Tall, elegant and with striking blond hair, Aimee Mann makes an unlikely harbinger of music-industry doom. She ought to be an A&R man's dream; as indeed she was, from fronting Eighties pop group 'Til Tuesday though to early solo records Whatever and I'm With Stupid.
Trouble emerged with recordings for her third album. Record company execs asked Mann to return to the studio to provide them with a hit. Instead, she walked out and found sanctuary with film-maker Paul Thomas Anderson, who used her songs to inspire his hit movie Magnolia. Since then, Mann has had no cause to look back, having set up her own label, SuperEgo, which now has its own distribution deal in the UK as well as in the States.
While Mann has enjoyed creative freedom, she has struggled to match the success of the soundtrack that earned her Oscar and Grammy nominations for the track "Save Me". Now she has returned with her best album since indie label debut Bachelor No 2, based around the work her previous label rejected. Her latest album fizzes with variety and invention, both in her writing and musical backing. It also comes with an eye-catching title – @#%&*! Smilers.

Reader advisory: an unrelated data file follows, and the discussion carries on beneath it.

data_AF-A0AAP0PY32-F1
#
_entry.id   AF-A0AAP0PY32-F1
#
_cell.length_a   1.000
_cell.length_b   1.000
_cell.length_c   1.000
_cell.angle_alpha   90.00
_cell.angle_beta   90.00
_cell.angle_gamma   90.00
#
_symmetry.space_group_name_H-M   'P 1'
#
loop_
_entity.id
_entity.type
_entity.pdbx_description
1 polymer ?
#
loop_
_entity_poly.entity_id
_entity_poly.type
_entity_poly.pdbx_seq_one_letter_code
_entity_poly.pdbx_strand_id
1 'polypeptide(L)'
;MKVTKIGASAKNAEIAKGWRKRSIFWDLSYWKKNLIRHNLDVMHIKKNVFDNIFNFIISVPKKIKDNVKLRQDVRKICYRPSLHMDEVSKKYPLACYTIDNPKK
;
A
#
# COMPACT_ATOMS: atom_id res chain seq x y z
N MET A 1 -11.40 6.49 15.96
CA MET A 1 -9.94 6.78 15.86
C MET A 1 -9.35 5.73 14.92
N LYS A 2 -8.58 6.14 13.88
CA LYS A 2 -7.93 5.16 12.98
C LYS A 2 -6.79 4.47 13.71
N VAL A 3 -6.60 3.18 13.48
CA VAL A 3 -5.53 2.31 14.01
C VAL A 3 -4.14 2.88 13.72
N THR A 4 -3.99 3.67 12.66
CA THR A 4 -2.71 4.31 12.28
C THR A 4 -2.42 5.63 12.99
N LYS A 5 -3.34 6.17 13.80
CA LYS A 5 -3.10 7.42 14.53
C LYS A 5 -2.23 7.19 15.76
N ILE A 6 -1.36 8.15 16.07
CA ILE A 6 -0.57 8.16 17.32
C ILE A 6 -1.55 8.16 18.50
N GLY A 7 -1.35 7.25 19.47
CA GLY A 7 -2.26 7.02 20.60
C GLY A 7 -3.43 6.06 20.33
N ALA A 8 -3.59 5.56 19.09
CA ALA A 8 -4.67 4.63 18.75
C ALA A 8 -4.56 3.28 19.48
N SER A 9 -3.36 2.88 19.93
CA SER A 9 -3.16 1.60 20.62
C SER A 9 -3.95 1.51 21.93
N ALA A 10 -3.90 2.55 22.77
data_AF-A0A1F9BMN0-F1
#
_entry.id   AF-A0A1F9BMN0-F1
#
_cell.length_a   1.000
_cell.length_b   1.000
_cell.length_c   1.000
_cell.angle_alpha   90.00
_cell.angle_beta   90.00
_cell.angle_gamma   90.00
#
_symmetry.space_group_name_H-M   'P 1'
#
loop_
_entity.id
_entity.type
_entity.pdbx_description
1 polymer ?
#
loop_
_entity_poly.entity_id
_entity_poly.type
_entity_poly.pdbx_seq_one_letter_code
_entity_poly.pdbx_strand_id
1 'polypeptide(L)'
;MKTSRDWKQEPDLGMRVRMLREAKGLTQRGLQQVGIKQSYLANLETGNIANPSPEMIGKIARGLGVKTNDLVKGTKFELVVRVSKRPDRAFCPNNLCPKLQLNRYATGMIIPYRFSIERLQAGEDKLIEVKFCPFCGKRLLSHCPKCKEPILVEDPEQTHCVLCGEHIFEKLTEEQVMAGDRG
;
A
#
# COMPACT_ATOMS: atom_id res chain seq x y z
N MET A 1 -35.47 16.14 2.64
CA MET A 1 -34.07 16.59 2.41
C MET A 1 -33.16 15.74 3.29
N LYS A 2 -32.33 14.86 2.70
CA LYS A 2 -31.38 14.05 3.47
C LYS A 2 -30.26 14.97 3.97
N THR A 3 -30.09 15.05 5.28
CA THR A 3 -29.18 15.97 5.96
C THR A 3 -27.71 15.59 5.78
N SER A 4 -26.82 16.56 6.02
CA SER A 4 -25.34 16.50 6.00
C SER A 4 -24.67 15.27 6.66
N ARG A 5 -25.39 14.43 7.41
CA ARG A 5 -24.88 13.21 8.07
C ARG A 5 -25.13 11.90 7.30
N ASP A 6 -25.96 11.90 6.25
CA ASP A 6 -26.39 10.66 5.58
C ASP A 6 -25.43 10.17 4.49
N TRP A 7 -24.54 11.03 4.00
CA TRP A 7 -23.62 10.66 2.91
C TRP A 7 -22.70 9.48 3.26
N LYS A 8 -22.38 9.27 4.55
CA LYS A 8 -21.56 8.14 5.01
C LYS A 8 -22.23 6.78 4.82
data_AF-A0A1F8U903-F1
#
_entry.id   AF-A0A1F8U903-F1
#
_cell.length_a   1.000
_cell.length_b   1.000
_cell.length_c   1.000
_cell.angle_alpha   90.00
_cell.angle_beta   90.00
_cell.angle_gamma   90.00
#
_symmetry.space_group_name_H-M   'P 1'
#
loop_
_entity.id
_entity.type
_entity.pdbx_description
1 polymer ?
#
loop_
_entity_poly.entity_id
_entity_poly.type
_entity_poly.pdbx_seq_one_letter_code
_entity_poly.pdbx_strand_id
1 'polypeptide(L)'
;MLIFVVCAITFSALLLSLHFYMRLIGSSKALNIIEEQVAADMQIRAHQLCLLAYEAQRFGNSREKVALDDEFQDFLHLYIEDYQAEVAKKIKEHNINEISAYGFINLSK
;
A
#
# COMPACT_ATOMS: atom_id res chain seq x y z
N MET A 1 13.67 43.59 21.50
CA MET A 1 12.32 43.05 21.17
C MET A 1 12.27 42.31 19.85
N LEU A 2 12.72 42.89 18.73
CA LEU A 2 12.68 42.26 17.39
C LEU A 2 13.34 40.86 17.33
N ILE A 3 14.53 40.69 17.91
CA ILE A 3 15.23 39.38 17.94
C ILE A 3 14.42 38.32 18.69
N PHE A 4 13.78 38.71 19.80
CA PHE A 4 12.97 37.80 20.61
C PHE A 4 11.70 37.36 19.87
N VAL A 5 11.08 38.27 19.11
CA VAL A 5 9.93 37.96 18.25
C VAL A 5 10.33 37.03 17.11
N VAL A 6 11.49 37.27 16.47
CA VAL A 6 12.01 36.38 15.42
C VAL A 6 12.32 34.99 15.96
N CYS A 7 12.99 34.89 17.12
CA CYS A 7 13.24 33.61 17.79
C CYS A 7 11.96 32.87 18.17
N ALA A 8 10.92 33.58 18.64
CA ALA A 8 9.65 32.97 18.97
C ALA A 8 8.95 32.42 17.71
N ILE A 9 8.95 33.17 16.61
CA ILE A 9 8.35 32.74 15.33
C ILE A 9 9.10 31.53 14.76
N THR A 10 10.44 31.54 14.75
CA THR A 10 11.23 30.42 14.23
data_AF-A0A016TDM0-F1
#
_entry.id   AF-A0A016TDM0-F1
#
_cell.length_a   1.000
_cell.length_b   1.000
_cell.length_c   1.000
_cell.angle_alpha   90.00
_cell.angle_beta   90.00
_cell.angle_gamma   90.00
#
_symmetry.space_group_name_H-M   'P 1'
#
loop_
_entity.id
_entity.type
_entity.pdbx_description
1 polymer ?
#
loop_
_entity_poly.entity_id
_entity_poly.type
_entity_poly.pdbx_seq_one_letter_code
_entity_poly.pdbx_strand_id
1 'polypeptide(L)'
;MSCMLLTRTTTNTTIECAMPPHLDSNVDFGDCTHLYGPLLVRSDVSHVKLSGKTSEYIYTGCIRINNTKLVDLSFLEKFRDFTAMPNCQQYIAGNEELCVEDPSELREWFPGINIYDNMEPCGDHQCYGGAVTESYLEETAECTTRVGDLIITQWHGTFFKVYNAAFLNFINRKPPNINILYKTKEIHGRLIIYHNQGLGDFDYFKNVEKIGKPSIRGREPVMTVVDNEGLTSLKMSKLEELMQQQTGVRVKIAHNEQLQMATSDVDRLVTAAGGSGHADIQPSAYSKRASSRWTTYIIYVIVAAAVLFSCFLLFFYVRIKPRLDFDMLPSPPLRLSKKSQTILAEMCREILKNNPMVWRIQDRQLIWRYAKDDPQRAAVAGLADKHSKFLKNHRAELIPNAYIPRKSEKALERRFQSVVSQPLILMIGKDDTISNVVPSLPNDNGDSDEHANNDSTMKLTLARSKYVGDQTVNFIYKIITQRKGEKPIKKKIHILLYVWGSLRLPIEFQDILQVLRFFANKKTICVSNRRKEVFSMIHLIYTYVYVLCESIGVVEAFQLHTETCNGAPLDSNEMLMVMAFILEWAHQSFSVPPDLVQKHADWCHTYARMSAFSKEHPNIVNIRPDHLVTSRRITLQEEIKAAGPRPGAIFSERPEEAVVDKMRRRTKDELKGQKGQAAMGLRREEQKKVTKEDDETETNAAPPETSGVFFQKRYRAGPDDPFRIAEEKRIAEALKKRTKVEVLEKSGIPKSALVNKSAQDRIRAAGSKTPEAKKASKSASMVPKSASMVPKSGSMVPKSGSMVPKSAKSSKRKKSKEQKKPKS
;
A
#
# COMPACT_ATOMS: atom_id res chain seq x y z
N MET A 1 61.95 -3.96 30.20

She explains its provenance while navigating her way round a full English in her London hotel at 11am. She may still be adjusting her body clock, but is determinedly free from the faddishness of her Los Angeles home – "Your tea can be stronger than coffee, can't it?" she asks hopefully. The album title refers to those aggressive grinners who believe it's their duty to encourage others to copy their inane smirks. "It was originally Fucking Smilers, which you can't really put on a record. I didn't want to make everybody's lives difficult. Me and a friend came across the phrase on a newsgroup, put there by someone fed up with people telling them to smile more."